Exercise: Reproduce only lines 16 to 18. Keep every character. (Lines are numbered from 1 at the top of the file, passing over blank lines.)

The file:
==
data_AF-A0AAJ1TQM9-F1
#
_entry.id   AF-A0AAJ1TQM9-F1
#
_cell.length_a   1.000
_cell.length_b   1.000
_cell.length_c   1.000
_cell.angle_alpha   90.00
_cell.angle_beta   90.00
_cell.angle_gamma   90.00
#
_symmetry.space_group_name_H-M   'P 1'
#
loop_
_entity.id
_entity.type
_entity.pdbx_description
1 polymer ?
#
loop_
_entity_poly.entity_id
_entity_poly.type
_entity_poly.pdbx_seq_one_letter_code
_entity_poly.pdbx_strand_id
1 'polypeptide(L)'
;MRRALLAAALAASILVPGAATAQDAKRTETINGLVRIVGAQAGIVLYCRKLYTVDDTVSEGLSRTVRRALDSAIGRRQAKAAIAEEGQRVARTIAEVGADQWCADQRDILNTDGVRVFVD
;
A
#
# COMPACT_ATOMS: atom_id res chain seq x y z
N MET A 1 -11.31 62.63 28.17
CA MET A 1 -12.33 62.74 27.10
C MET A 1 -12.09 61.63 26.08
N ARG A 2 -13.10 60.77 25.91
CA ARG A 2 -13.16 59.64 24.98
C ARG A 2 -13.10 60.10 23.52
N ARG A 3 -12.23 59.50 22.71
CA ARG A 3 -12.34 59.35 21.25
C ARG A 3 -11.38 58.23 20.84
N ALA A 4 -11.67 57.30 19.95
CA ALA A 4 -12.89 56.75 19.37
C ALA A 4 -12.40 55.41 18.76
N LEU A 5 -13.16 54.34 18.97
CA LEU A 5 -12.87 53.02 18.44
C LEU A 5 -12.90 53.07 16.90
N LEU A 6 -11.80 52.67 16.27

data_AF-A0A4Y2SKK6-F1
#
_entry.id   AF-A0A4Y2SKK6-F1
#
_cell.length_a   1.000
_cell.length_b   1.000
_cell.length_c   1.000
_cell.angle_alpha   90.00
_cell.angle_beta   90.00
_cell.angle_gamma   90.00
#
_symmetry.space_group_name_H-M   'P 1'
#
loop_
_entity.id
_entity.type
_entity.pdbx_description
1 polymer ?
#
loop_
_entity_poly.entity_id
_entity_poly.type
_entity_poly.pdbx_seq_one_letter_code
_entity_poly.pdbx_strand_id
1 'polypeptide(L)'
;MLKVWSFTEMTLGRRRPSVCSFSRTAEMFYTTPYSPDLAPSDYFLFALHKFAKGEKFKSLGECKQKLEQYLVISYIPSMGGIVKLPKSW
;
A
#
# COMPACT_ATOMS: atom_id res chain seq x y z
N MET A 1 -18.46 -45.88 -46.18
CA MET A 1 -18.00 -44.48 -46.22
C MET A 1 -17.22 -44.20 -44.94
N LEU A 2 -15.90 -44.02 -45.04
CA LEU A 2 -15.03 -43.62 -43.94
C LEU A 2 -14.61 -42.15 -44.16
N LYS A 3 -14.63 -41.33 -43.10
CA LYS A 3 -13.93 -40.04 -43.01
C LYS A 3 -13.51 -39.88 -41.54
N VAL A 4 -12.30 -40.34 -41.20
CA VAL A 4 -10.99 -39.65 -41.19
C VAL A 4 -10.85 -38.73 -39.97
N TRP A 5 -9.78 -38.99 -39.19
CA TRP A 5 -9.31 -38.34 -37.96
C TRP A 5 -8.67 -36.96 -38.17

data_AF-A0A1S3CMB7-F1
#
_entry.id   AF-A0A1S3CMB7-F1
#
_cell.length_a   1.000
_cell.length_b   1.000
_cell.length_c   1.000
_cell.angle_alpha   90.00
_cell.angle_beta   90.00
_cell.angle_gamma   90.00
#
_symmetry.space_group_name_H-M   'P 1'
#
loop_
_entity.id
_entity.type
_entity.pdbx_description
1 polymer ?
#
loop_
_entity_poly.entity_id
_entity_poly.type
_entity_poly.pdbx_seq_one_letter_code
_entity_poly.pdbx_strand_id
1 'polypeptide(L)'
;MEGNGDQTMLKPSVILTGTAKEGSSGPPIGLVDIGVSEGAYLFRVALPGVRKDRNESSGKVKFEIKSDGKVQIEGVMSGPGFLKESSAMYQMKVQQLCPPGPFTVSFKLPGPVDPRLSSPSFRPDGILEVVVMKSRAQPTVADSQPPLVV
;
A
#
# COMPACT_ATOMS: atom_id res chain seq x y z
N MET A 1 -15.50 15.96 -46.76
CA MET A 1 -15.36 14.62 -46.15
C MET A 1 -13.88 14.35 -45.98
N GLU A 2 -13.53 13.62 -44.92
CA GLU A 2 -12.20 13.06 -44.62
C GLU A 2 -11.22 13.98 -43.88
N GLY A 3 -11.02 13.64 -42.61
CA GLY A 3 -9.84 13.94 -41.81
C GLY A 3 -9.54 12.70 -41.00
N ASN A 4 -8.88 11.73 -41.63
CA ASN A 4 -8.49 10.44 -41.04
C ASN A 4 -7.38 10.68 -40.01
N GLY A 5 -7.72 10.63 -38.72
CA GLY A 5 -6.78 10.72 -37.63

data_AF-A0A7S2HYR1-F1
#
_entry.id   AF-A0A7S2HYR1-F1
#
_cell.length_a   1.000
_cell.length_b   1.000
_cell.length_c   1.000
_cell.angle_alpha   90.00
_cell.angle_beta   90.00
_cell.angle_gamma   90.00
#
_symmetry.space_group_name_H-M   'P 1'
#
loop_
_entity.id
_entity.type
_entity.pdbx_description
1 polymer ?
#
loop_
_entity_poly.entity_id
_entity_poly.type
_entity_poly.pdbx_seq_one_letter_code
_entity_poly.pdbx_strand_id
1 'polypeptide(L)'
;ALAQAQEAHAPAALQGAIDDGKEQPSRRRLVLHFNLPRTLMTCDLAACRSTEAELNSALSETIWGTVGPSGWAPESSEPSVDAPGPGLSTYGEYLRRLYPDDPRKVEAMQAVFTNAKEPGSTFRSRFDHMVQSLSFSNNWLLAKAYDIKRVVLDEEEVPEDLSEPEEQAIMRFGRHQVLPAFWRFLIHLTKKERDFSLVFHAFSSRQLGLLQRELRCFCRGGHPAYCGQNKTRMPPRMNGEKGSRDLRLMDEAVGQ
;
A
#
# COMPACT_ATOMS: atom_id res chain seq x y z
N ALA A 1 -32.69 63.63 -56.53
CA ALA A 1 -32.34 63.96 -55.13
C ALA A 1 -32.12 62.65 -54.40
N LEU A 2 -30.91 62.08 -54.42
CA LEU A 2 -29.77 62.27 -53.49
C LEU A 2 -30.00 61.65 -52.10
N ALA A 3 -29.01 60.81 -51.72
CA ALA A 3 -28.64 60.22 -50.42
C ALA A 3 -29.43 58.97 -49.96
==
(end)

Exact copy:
_entity.type
_entity.pdbx_description
1 polymer ?